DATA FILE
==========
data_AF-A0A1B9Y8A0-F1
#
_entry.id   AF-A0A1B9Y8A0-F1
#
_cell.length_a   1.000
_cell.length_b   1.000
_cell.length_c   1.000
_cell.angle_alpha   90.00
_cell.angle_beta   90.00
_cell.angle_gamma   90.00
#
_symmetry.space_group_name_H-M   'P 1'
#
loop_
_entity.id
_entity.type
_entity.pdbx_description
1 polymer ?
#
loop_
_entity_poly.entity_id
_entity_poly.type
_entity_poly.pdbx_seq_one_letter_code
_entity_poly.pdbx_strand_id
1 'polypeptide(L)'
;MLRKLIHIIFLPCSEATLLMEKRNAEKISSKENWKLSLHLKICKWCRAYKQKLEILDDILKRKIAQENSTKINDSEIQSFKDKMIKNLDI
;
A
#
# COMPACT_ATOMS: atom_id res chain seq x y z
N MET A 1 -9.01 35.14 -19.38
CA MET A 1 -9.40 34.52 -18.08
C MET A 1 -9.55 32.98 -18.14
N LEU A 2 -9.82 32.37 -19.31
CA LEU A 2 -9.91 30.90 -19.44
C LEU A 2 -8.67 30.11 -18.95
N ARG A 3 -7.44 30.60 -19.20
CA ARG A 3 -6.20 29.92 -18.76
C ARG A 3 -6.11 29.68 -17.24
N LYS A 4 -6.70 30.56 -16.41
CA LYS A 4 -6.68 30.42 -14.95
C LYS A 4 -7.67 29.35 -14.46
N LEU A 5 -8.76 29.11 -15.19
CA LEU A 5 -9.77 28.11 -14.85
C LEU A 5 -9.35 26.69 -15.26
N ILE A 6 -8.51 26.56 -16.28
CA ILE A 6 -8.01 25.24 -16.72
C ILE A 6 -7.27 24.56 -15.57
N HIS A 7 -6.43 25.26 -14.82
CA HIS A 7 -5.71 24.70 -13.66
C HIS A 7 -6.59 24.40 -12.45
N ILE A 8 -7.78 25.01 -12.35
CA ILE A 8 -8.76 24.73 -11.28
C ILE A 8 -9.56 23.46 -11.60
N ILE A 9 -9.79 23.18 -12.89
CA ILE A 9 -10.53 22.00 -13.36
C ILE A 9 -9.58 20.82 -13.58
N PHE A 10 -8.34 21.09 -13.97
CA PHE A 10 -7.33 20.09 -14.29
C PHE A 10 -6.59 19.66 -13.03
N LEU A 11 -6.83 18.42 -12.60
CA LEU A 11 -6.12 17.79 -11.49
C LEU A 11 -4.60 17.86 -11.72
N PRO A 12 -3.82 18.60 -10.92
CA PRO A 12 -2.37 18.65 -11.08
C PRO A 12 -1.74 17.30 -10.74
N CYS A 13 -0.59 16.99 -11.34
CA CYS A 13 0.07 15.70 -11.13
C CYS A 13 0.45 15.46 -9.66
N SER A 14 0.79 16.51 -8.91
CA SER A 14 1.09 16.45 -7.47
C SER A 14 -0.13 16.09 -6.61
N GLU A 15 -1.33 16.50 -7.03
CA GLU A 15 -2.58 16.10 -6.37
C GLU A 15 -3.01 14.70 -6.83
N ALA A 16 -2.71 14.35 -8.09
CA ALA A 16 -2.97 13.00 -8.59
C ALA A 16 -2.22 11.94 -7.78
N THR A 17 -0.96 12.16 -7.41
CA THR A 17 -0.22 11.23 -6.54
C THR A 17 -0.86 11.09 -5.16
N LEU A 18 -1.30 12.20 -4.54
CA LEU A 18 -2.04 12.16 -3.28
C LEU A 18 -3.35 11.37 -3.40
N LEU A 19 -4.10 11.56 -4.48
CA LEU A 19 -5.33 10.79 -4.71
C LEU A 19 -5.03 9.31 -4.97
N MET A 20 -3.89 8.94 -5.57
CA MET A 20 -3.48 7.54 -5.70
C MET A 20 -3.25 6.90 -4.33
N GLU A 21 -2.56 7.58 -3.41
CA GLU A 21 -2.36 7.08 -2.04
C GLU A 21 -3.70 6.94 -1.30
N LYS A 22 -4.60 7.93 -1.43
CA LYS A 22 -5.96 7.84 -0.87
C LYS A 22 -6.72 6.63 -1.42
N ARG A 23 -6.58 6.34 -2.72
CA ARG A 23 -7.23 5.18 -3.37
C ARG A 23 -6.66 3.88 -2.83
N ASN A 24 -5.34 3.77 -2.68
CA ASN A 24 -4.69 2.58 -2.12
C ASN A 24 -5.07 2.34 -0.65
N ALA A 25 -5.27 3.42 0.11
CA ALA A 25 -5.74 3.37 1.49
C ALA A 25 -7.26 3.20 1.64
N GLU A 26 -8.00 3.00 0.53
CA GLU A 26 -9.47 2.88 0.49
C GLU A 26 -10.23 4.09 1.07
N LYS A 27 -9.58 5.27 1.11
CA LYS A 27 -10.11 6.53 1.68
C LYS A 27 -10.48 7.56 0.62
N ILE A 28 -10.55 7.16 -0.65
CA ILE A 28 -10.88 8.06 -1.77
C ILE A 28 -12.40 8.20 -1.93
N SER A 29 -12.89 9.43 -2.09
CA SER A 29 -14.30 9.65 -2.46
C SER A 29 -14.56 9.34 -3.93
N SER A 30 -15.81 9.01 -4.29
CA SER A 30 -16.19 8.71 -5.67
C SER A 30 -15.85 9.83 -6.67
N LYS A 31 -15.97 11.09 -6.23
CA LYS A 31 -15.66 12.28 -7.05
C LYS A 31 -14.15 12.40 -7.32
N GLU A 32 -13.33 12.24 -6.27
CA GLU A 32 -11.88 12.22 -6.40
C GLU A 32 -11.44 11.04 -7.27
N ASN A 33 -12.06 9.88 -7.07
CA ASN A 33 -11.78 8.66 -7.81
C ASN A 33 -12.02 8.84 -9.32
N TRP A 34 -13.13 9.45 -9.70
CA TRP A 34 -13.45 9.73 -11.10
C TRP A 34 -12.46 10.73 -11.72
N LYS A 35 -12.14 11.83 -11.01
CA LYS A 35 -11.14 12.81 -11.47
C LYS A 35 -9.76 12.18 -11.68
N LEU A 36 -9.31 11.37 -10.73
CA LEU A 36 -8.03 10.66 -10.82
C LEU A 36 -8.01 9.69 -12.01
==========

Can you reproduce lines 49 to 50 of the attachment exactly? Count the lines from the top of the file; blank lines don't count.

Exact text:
N HIS A 7 -6.43 25.26 -14.82
CA HIS A 7 -5.71 24.70 -13.66